In conjunction with Signal Centers of Chattanooga, a walker was needed to help Aiden with his left-side weakness. Aiden is a three-year-old child with cerebral palsy, leukemia, and epilepsy.
The design team’s goal was to design a walker that could fold up for easy transportation, support Aiden in walking, prevent Aiden from veering sideways, and convert to a stroller.
Walkers assist people with disabilities by increasing their mobility via support. Many disabled people are not capable of supporting themselves through normal bipedal operations. Walkers provide additional support while remaining easily mobile, enabling users to navigate their environment safely and efficiently.
Aiden’s previous walker was too big for him, did not fold easily, and was relatively heavy. It did not convert to a stroller to allow Aiden to rest. When Aiden walked, the walker did not prevent him from veering sideways. The walkers on the market were too expensive and did not meet his needs.
After research, brainstorming, and input from an advisor and Aiden’s family, the team developed the final walker design. A prototype was made and tested with Aiden to dimension the final walker design properly. The dimensions of the final walker were: Armrest-Armrest = 15 ¼”, Floor-Armrest = 24 ½”, and Floor-Seat = 15″. The final walker was able to fold into a space of 38″ x 19″ x 13″. The final walker design for this project is made of furniture-grade PVC. The walker can be converted into a stroller. The final walker features a seat that will lower by Aiden just backing up to it and sitting. This allows for Aiden to be pushed around when he would like to rest. The seat is double-sided so that when the seat is in the up position, it creates a back support. Another aspect of the walker is a braking system that is used to help with Aiden’s left-side weakness. A variable resistance break can be adjusted at the wheel, which keeps Aiden from drifting to the right. Not only does this walker help with Aiden’s disabilities, but it is also easy to collapse and very light to lift when put into the car.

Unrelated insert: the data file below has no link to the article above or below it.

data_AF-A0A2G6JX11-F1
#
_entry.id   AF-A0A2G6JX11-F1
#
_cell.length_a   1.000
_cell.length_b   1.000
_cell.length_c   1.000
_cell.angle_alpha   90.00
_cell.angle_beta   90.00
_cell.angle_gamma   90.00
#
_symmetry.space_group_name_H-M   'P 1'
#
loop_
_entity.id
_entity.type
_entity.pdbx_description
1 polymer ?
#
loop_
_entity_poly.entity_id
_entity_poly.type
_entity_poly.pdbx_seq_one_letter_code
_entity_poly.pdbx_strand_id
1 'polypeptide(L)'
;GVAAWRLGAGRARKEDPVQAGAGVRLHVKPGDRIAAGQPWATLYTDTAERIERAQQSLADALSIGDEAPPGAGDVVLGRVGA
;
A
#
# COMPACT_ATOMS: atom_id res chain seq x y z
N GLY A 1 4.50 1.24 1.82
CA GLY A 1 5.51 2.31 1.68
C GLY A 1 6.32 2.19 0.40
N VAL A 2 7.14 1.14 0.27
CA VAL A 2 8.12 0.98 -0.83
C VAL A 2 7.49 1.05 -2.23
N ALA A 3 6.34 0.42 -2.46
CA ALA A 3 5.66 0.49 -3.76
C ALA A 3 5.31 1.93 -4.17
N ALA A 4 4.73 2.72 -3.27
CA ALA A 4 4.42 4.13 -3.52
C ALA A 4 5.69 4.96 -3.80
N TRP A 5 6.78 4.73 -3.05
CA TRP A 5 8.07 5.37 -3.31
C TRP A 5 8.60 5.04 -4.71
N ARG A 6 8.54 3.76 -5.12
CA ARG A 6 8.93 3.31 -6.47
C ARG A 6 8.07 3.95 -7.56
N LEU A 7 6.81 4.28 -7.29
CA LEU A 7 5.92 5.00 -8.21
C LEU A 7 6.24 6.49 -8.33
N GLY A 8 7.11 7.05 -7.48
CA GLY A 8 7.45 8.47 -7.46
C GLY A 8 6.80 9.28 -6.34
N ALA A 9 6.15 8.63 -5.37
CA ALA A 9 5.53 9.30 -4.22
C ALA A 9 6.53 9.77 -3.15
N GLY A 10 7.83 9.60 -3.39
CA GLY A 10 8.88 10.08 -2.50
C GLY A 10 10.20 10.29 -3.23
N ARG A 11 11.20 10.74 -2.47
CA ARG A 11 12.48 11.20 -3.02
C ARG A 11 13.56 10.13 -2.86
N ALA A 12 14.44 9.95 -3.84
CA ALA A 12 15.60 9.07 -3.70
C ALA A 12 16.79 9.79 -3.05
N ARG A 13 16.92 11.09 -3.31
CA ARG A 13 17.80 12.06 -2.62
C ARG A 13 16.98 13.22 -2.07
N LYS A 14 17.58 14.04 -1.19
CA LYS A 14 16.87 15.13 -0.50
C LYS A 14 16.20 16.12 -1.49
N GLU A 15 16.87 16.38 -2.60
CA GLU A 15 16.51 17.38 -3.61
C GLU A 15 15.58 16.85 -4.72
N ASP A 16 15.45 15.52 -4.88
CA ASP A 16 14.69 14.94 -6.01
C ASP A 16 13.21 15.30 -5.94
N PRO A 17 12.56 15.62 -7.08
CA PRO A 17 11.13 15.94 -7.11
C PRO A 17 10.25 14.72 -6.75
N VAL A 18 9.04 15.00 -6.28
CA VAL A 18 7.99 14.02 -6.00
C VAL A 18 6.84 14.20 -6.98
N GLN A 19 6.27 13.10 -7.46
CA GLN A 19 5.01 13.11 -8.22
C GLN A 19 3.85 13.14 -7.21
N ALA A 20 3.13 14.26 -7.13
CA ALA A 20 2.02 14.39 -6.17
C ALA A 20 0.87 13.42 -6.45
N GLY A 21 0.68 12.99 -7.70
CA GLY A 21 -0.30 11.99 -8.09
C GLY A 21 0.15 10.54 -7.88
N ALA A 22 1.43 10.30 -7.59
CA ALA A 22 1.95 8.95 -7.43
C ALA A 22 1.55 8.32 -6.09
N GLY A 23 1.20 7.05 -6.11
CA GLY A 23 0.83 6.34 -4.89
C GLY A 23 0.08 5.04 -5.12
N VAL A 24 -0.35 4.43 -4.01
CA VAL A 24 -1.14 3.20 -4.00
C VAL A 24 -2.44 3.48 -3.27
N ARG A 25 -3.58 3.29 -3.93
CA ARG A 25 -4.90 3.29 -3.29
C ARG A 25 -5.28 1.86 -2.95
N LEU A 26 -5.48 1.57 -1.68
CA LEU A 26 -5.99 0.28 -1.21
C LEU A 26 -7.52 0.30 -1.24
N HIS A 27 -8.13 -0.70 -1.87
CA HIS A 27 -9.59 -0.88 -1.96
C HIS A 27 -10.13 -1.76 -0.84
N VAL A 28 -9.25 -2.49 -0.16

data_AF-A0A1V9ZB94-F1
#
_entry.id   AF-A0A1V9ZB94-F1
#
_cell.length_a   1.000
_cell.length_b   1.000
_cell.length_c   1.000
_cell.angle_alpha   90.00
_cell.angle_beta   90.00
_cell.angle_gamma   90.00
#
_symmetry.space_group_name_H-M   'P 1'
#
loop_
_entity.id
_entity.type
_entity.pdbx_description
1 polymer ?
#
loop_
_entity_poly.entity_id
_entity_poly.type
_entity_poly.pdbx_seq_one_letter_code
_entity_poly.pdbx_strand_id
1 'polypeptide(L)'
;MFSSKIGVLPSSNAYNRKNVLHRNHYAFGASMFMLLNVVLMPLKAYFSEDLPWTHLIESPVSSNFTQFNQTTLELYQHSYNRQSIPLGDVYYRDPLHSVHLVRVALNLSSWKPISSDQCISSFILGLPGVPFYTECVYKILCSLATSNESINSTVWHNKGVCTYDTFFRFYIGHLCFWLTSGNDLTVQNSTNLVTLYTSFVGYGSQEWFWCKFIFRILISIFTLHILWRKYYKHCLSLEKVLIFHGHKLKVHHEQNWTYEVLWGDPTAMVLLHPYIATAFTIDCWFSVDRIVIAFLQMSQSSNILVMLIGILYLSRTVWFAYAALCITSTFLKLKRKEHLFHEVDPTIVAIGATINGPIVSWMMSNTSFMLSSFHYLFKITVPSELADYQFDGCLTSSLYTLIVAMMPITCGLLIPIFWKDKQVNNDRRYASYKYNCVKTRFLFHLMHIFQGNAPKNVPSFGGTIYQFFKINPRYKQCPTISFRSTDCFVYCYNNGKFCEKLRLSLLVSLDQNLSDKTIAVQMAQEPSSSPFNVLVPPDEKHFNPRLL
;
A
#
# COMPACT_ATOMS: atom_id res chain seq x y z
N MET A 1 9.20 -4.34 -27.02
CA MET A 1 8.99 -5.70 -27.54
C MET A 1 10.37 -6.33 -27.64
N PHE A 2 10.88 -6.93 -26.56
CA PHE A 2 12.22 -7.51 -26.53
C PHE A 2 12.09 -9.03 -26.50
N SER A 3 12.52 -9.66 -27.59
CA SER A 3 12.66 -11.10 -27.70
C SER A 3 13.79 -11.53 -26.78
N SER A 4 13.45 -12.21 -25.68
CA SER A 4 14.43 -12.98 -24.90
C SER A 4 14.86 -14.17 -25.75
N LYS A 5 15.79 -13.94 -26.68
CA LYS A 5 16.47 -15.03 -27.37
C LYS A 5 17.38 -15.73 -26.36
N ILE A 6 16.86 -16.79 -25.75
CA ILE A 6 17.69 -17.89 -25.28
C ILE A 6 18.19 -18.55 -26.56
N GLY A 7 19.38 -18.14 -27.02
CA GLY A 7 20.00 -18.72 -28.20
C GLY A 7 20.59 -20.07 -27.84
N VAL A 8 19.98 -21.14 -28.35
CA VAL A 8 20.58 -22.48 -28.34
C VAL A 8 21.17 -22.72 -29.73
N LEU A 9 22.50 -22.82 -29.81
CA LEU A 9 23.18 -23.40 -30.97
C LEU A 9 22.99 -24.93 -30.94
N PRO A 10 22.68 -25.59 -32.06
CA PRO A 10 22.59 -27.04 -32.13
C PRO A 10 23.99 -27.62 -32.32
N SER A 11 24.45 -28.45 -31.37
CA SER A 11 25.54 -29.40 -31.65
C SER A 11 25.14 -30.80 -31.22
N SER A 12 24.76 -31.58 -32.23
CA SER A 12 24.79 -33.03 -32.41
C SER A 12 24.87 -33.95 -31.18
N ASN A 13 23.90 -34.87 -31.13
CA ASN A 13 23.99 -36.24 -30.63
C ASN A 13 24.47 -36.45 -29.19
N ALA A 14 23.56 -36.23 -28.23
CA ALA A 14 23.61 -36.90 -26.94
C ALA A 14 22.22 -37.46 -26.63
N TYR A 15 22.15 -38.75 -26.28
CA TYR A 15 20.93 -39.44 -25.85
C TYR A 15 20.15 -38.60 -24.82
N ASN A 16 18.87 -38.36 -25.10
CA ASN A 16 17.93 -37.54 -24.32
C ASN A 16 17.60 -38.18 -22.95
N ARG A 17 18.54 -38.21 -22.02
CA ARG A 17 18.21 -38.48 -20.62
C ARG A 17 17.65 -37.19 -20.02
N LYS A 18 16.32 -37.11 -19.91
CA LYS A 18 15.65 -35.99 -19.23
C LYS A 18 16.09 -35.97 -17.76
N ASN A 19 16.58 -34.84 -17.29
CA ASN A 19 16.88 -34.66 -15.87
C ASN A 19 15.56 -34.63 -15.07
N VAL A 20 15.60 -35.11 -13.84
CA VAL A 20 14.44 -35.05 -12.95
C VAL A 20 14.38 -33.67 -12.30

The walker was designed for use in a safe indoor environment, such as at home or school. The walker is entered through the front. The user turns around and places forearms on armpads and hands on grips. The front wheels of the walker swivel freely to steer, and the rear wheels are fixed with adjustable resistance. The walker height is adjusted using a screwdriver; screws in the legs allow different heights to be selected. The walker folds up in a “scissor” motion; the front wheels are free to move to the back wheels. The armrests fold inward to reduce the size of the folded walker. While in stroller mode, foot-pegs can be rotated, and the seat can be pushed down from its normal upright position. Handles also fold out for an assistant to push the stroller.